Simon Lowe: We're up and running, but questions need answering
THREE points, two goals and one clean sheet.
That makes for a good Saturday in anybody's book.
Not that the victory was a classic, or entertaining.
But Stoke brushed a poor Swansea team aside without too much effort. Job done.
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The game did raise a few questions, though.
Some important ones like where is Jermaine Pennant, why did Michael Owen not get another run out and has Tony Pulis actually told Geoff Cameron to get the byline or is he risking the wrath of the 'Capped One' by deserting his right-back station to attack?
Others more random... does Asmir Begovic have a different-coloured strip for every game, how come top-four clubs allowed little old Stoke to sign the midfield god that is Steven Nzonzi and why did the Swansea kit man place what appeared to be three cans of Guinness strategically along the edge of Michael Laudrup's technical area?
That's how riveting parts of the second half were – until Matty Etherington appeared to liven things up in his most promising cameo for months.
We can't ignore the fact there was another yellow card for a diving opponent on Saturday, although as yet it doesn't result in the three-match ban that Tony Pulis has argued for.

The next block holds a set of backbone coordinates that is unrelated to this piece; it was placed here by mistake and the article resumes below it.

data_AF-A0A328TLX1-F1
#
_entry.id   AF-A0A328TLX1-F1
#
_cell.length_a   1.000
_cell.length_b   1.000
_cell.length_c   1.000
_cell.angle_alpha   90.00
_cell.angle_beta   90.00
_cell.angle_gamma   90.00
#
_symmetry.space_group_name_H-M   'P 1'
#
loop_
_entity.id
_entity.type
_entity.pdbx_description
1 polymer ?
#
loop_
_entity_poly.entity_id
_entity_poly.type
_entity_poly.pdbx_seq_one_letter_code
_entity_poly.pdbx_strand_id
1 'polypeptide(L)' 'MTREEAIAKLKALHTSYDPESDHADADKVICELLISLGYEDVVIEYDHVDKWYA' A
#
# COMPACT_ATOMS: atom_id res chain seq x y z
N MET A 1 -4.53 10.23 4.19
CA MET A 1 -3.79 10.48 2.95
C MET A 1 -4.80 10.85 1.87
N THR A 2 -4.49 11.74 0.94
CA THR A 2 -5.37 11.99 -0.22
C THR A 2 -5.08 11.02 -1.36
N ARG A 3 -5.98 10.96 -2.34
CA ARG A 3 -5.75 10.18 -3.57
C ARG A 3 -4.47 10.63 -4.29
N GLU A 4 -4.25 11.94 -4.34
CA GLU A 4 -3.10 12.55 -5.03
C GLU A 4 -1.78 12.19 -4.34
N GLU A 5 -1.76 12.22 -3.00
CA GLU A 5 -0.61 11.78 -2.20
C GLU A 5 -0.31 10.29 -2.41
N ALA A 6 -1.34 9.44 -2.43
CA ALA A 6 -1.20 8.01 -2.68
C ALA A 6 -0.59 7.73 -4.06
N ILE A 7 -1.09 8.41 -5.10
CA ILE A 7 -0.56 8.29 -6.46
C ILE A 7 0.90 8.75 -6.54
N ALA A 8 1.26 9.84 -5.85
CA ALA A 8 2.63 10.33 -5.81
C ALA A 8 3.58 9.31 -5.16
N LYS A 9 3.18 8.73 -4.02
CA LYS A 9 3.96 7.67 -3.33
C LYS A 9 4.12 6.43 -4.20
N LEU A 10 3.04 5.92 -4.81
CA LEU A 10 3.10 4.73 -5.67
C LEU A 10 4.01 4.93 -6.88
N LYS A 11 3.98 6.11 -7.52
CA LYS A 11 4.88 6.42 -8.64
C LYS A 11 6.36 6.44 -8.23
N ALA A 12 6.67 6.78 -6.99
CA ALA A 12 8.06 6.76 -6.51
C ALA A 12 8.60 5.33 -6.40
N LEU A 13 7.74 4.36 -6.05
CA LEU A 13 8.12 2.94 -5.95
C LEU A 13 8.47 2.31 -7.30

And for the eagle-eyed who watched both the live match and the Match of the Day highlights, you might be forgiven for wondering why the editorial team chose to leave out David Luiz's latest swan dive and resulting yellow card as Chelsea beat Arsenal.
Thankfully on Saturday Ben Davies' David Luiz impression was spotted by the quietly impressive referee Jon Moss and retribution dished out.
When will these people learn and play the game?
On a more positive note, that's now 10 top-flight home games without defeat for Stoke – a record not matched since 1973.
Those were the glory days of Tony Waddington's dashing, uncompromising team.
With the next four matches at the Britannia Stadium seeing visits from Sunderland, QPR, Fulham and Newcastle, it means that run could go on and on.
Just take a moment to wallow in the joy of witnessing the best period in Stoke City's history for nearly 40 years.